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I'll admit it: I'm no futurist. When I wrote a blog post almost a decade ago about potential ways for historians to share copies of archival materials with each other[1], I hadn't thought about third-party image hosting supplied via the gig economy labor model[2], as @anarchivist writes about here:

matienzo.org/2021/on-sourcery-

Notes

[1] "What would it take for historians to be able to share archival material?" blog.suppliedtitle.org/2012/08

[2] The difference between being a non-profit and not making a profit (while being supplied with venture capital) does seem important here. The fact is that there is already a contract researcher model for archives. The gig economy is less about creating new kinds of work than it is about setting the conditions under which people work.

This also has the feel of a project that floods a part of a workflow that is already saturated (demand for search, retrieval, and digitization) without enough attention to the part that needs most increased support (employing people at fair wages in a humane environment).

Kind of like when a digital preservation network tried to set up a complex distributed storage system for institutions that employed relatively few people to manage the digital materials they'd been acquiring.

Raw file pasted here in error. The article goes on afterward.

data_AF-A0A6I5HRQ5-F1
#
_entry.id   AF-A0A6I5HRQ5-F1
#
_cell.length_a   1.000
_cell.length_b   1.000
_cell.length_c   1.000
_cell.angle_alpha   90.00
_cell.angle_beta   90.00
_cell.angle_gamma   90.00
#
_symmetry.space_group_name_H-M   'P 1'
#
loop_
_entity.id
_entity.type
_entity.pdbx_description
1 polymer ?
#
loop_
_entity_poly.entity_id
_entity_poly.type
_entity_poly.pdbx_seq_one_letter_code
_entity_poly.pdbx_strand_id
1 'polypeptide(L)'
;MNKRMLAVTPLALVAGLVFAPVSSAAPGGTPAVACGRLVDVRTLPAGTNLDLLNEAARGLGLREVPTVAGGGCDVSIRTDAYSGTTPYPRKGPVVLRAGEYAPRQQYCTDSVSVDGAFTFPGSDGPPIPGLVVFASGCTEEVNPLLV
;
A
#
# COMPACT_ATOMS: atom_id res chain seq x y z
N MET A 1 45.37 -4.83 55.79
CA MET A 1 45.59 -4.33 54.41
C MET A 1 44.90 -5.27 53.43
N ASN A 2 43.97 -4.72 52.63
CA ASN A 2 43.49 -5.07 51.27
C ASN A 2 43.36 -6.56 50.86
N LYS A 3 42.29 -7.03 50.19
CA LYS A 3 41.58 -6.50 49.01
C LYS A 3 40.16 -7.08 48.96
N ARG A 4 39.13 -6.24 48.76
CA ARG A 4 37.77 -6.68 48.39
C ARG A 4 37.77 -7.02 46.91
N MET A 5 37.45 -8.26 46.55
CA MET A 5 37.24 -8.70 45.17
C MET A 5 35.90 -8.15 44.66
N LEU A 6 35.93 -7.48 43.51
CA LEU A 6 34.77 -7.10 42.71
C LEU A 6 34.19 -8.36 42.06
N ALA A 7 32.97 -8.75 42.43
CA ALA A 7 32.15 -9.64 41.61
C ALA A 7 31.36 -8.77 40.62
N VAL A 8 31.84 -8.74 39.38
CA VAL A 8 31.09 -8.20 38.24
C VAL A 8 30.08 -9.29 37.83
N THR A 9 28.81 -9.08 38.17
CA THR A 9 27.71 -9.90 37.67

@andrewjbtw oh hell yeah this blog post is really good. one thing I'd add as someone who has literally been on both sides of the desk (as an archivist AND as a user) is that people have really idiosyncratic styles to what they choose to image from folders/boxes *and* how they document that. I maintain a spreadsheet when I do archives visits noting what I request vs. what I actually take pictures of. I don't know how normal this practice is among archives users. (cc @anarchivist)

@andrewjbtw @anarchivist if no one has made the comparison to Roy Scheider's 1977 Sorceror wrt gig "deliveries" in this context I would like to humbly submit the first

@axfelix @anarchivist I've been trying to come up with a Wages of Fear joke but I've got nothing.

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